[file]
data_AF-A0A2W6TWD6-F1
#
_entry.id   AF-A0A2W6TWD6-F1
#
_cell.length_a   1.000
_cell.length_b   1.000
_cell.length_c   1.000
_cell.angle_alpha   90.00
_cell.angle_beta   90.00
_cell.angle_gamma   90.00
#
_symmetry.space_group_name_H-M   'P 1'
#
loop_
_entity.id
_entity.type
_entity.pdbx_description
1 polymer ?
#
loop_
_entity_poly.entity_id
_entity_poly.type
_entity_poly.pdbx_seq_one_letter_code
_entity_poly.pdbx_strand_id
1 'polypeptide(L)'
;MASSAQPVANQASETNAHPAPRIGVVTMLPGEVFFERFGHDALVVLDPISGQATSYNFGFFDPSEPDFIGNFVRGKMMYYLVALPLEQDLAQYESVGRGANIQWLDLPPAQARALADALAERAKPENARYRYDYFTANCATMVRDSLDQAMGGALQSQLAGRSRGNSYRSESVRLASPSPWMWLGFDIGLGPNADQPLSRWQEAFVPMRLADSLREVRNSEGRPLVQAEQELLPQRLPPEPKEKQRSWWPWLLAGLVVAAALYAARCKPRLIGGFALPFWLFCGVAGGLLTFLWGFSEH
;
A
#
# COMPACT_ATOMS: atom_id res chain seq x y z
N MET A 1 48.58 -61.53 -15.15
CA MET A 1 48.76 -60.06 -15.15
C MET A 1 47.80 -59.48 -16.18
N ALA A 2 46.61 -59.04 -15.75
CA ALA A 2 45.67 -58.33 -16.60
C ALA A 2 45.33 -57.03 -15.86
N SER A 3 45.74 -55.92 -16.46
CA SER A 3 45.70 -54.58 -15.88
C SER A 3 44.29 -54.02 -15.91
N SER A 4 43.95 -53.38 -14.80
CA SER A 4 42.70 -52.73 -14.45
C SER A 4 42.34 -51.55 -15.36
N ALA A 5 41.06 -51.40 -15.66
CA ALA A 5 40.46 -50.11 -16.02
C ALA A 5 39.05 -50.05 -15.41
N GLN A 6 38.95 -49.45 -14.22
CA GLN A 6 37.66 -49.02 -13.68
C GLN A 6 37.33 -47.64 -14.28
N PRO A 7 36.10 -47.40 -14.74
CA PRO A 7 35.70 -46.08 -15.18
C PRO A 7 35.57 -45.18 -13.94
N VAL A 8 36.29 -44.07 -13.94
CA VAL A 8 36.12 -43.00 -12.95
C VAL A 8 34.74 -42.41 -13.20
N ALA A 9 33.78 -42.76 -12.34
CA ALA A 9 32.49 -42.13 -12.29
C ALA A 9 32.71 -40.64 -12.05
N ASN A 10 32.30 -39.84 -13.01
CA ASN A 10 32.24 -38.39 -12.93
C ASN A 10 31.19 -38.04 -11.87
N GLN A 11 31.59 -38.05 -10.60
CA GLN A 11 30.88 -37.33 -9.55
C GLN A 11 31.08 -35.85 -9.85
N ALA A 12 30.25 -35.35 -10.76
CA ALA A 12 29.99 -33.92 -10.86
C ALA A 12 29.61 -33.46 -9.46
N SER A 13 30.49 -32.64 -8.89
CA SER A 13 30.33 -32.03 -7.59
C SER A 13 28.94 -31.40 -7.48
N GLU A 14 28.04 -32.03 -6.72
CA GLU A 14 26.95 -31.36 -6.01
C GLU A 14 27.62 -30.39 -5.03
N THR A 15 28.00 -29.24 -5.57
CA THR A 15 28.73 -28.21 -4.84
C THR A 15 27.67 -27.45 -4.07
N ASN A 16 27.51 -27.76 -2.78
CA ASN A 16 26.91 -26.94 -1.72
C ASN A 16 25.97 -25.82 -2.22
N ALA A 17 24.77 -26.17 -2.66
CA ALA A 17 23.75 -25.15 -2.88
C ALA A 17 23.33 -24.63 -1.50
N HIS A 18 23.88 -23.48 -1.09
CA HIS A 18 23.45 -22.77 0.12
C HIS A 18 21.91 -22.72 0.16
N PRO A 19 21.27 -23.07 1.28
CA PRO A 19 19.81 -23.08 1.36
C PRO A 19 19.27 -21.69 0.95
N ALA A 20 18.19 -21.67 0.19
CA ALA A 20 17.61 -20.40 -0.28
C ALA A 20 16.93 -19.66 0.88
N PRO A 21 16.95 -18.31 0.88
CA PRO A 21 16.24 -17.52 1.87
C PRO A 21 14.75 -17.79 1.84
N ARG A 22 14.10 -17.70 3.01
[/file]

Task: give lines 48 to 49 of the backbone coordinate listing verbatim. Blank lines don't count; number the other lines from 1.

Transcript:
C GLN A 6 37.33 -47.64 -14.28
N PRO A 7 36.10 -47.40 -14.74